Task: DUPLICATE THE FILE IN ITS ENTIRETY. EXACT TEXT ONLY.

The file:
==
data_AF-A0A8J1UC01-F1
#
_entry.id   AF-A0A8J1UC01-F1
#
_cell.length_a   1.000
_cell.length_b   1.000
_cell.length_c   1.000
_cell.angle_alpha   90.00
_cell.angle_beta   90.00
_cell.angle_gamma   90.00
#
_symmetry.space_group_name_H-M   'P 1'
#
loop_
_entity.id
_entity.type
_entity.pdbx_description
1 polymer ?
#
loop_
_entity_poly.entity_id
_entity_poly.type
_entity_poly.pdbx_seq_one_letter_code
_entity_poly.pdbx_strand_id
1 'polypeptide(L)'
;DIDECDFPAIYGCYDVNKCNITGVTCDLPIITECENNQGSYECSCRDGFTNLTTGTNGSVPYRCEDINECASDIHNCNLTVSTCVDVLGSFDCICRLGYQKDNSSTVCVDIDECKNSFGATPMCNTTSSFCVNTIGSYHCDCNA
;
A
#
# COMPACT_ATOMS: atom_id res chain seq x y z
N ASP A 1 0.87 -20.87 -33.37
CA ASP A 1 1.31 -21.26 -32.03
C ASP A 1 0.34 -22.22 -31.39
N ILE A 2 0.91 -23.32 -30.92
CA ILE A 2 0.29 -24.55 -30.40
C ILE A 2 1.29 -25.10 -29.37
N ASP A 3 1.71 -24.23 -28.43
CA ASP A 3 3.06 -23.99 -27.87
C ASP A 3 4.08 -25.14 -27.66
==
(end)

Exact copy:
data_AF-A0A8J1UC01-F1
#
_entry.id   AF-A0A8J1UC01-F1
#
_cell.length_a   1.000
_cell.length_b   1.000
_cell.length_c   1.000
_cell.angle_alpha   90.00
_cell.angle_beta   90.00
_cell.angle_gamma   90.00
#
_symmetry.space_group_name_H-M   'P 1'
#
loop_
_entity.id
_entity.type
_entity.pdbx_description
1 polymer ?
#
loop_
_entity_poly.entity_id
_entity_poly.type
_entity_poly.pdbx_seq_one_letter_code
_entity_poly.pdbx_strand_id
1 'polypeptide(L)'
;DIDECDFPAIYGCYDVNKCNITGVTCDLPIITECENNQGSYECSCRDGFTNLTTGTNGSVPYRCEDINECASDIHNCNLTVSTCVDVLGSFDCICRLGYQKDNSSTVCVDIDECKNSFGATPMCNTTSSFCVNTIGSYHCDCNA
;
A
#
# COMPACT_ATOMS: atom_id res chain seq x y z
N ASP A 1 0.87 -20.87 -33.37
CA ASP A 1 1.31 -21.26 -32.03
C ASP A 1 0.34 -22.22 -31.39
N ILE A 2 0.91 -23.32 -30.92
CA ILE A 2 0.29 -24.55 -30.40
C ILE A 2 1.29 -25.10 -29.37
N ASP A 3 1.71 -24.23 -28.43
CA ASP A 3 3.06 -23.99 -27.87
C ASP A 3 4.08 -25.14 -27.66